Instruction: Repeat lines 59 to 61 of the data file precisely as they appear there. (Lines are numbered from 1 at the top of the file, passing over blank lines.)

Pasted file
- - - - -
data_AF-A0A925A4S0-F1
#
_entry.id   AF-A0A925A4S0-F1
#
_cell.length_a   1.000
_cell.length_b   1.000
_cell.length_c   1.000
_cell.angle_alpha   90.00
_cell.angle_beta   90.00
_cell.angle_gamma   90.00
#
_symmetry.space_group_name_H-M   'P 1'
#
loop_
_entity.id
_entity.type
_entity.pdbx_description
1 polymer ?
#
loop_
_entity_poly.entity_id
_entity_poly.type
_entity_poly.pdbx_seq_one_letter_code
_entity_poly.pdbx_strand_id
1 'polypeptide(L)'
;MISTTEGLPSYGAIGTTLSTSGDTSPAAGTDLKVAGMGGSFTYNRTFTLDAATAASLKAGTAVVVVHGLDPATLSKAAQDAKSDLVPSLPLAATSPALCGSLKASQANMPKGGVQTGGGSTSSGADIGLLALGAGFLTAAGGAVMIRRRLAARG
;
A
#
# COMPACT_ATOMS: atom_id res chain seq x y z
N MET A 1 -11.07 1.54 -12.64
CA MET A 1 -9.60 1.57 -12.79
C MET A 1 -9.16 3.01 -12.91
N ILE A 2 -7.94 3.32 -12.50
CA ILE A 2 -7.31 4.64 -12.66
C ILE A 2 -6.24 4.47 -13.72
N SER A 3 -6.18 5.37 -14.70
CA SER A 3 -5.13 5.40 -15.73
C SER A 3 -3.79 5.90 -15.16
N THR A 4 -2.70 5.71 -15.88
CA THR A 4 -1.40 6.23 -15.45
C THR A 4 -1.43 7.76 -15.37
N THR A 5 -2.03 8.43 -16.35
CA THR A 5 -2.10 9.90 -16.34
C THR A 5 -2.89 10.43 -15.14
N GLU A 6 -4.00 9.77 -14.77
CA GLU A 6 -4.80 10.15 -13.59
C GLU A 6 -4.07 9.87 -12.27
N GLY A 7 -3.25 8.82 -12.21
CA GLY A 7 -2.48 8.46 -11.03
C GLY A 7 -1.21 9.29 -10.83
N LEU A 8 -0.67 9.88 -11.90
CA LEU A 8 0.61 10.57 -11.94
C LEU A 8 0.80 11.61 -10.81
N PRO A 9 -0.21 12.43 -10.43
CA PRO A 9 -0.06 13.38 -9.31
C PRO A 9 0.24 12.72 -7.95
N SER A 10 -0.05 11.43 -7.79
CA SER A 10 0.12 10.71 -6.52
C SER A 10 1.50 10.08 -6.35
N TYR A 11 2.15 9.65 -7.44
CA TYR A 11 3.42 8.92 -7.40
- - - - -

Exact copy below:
CA SER A 10 0.12 10.71 -6.52
C SER A 10 1.50 10.08 -6.35
N TYR A 11 2.15 9.65 -7.44